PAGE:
The video below comes from [Dave Hakkens] by way of his Precious Plastic project, whose mission it is to put the means of plastic recycling into the hands of individuals, rather than relying on municipal programs. We’ve covered their work before, and it looks like they’ve come quite a way to realizing that dream. This tutorial by [Dave]’s colleague [Jerry] covers the basic elements of injection mold design, starting with 3D modeling in Solidworks. [Jerry] points out the limitations of a DIY injection molding effort, including how the thickness of parts relates to injection pressure. Also important are features like gentle curves to reduce machining effort, leaving proper draft angles on sprues, and designing the part to ease release from the mold. [Jerry] and [Dave] farmed out the machining of this mold, but there’s no reason a fairly complex mold couldn’t be produced by the home gamer.
Chances are good that you’ve already lost some blood to thermoforming, the plastics manufacturing process that turns a flat sheet of material into an unopenable clamshell package, tray inside a box, plastic cup, or leftover food container. Besides being a source of unboxing danger, it’s actually a useful technique to have in your fabrication toolchest. In this issue of Tools of the Trade, we look at how thermoforming is used in products, and how you can hack it yourself.
The process is simple; take a sheet of plastic material, usually really thin stuff, but it can get as thick as 1/8″, heat it up so that it is soft and pliable, put it over a mold, convince it to take all the contours of the mold, let it cool, remove it from the mold, and then cut it out of the sheet. Needless to say, there will be details.
In need of a cowling for an exterior light fixture on an experimental aircraft, [maxelrad] turned to pressure forming of Plexiglas for the hemispherical shape he needed. His DIY forming rig was a plumbing-aisle special: PVC pipe and caps, some air hose and fittings, and a toilet flange for the pressure chamber. The Plexiglas was softened in a toaster oven, clamped over the business end of the chamber, and a few puffs of air inflated the plastic to form a dome. [maxelrad] points out that a template could be applied over the plastic sheet to create the streamlined teardrop shape he needs, and he notes that the rig would likely work just as well for vacuum forming. Of course, a mold could be substituted for the template to make this a true blow-molding outfit, but that would take away from the simplicity of this solution.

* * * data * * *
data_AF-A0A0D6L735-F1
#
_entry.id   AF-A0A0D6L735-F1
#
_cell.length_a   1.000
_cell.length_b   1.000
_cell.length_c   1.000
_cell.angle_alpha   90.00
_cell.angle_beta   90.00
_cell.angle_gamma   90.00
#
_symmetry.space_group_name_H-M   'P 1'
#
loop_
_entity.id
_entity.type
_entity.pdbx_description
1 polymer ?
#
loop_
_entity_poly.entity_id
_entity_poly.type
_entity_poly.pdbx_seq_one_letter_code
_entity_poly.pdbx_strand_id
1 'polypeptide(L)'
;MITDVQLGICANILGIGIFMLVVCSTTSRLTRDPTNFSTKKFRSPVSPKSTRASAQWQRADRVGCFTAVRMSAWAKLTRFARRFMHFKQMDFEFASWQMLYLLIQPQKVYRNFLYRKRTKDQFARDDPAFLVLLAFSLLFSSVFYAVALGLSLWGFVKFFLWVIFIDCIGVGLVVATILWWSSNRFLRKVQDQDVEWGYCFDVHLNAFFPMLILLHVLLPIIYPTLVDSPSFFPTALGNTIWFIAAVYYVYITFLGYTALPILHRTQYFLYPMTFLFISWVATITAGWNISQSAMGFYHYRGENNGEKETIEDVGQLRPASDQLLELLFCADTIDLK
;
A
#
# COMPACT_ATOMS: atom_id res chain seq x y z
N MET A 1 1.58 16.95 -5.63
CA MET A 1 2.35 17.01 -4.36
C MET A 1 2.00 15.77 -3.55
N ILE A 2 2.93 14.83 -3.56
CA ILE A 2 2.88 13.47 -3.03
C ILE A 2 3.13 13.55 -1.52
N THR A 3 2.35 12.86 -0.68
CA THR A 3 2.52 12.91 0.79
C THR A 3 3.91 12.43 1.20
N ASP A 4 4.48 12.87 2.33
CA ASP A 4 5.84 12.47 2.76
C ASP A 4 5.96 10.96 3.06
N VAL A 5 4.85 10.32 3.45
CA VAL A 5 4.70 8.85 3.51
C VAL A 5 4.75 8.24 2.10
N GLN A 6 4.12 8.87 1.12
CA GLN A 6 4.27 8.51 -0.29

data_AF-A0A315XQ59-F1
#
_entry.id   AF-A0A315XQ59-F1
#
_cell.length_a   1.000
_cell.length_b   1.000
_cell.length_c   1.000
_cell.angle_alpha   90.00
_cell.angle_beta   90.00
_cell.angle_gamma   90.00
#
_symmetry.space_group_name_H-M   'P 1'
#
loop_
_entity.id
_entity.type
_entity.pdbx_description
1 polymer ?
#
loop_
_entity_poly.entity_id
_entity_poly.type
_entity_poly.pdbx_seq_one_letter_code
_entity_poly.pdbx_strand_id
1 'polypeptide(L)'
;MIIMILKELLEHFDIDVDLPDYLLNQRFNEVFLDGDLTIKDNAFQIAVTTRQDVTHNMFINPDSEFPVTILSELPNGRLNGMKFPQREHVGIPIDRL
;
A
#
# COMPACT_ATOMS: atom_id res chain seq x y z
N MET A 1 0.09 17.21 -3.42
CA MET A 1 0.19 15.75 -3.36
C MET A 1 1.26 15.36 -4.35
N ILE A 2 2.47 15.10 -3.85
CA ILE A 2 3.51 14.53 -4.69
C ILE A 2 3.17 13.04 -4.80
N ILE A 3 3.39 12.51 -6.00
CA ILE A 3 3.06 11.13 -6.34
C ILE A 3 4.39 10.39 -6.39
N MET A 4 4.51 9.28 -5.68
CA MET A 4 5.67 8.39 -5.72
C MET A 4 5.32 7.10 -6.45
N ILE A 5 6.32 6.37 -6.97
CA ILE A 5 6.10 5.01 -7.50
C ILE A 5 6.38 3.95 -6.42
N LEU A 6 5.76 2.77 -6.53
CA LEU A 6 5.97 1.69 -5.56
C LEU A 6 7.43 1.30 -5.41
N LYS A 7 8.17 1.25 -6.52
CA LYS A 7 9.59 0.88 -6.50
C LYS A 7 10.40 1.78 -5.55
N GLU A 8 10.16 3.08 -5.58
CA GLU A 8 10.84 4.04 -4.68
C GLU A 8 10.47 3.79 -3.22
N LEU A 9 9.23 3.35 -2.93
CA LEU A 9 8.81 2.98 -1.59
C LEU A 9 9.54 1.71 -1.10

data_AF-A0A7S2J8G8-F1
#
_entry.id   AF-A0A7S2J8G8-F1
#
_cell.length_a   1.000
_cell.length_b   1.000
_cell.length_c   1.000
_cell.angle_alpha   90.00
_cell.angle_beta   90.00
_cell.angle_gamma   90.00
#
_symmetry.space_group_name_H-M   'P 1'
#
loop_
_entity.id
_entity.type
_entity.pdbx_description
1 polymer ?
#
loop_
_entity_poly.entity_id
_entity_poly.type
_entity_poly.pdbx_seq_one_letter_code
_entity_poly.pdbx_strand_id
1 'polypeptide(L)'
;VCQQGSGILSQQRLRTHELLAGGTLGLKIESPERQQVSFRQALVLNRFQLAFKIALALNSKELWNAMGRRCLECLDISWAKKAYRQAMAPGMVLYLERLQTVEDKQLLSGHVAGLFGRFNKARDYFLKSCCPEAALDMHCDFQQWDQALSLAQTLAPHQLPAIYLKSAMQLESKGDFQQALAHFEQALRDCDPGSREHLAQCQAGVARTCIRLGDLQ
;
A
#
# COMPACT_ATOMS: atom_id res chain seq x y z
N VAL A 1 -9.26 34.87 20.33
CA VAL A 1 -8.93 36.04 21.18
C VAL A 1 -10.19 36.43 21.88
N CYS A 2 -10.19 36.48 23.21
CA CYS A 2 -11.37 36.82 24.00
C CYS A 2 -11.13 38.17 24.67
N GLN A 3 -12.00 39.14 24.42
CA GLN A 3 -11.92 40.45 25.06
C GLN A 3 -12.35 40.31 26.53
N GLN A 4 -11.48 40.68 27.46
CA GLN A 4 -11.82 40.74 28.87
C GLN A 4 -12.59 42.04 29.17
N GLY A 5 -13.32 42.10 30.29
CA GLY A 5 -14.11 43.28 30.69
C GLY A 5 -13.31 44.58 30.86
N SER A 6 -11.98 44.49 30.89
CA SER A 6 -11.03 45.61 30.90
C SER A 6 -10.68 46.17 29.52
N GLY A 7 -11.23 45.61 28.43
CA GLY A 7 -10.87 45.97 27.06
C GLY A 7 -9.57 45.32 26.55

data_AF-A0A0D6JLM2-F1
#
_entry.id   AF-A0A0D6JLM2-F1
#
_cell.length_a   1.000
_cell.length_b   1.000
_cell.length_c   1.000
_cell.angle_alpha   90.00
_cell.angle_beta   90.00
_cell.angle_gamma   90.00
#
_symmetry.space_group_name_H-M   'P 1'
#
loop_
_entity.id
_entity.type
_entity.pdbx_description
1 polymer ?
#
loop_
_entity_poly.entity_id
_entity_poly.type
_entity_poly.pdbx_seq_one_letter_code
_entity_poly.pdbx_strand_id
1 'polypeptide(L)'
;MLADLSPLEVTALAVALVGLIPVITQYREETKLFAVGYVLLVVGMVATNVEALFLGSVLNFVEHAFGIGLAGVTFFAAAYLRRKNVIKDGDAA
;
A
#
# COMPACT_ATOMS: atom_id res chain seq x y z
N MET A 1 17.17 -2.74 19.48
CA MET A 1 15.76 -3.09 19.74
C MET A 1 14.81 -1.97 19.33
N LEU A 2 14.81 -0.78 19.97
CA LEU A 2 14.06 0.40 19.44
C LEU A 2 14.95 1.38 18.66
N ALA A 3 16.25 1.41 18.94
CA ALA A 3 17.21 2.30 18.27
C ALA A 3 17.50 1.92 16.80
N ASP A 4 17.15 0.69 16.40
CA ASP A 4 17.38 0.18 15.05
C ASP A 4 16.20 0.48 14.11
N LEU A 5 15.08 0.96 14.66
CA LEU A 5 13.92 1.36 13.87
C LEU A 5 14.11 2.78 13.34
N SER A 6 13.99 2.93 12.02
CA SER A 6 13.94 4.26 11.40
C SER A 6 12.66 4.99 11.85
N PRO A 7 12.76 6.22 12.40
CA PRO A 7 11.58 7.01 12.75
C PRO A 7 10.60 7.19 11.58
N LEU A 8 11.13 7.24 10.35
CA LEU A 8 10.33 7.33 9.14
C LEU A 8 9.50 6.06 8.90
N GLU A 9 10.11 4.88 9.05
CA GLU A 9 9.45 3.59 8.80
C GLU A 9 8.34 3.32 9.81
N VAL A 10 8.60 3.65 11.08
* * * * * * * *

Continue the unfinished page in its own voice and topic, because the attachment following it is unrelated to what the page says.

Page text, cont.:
There have been a fair number of thermoforming projects featured on Hackaday before, from this DIY vacuum former to a scratch-built blow molder. And while we really like the simplicity of [maxelrad]’s technique, what we’d really love to see is some details on that airplane build.
[taulman] over on Instructables has been working on his own version of a 3D printer. Unlike the usual PLA or ABS filament all the RepRaps and Makerbots use, this printer uses nylon to make parts with very interesting properties.
Most extrusion printers are designed to print with ABS (a very hard plastic that melts around 220-230° C) or PLA (a somewhat softer plastic that melts at about 180° C). [taulman] is using Nylon 6, a very slippery and bendable plastic that melts around 320° C (about 600 degrees Fahrenheit). He’s doing this with a hot end of his own design and a ‘spiky’ extruder bolt that allows high-temperature thermoplastics to be extruded into any shape imaginable.
For the longest time, the 3D printer community has been using low-temperature thermoplastics such as PLA and ABS. There are obvious benefits to these materials: it’s pretty easy to source a spool of filament, and the low melting point of these plastics makes building a printer easier and safer. Now that [taulman] has the high-temperature plastic nut cracked, he’s moving on to easily-machiniable Delrin and transparent Polycarbonate. Very cool, and hopefully in a year’s time we’ll have a choice of what material to run in our printers.
After the break, there are a few videos [taulman] put up showing his printer at work and the properties of his 3D printed objects. It looks like [taulman] can print objects that are impossible on any other 3D printer we’ve seen; the flexible iPhone case probably couldn’t be made on any other DIY machine.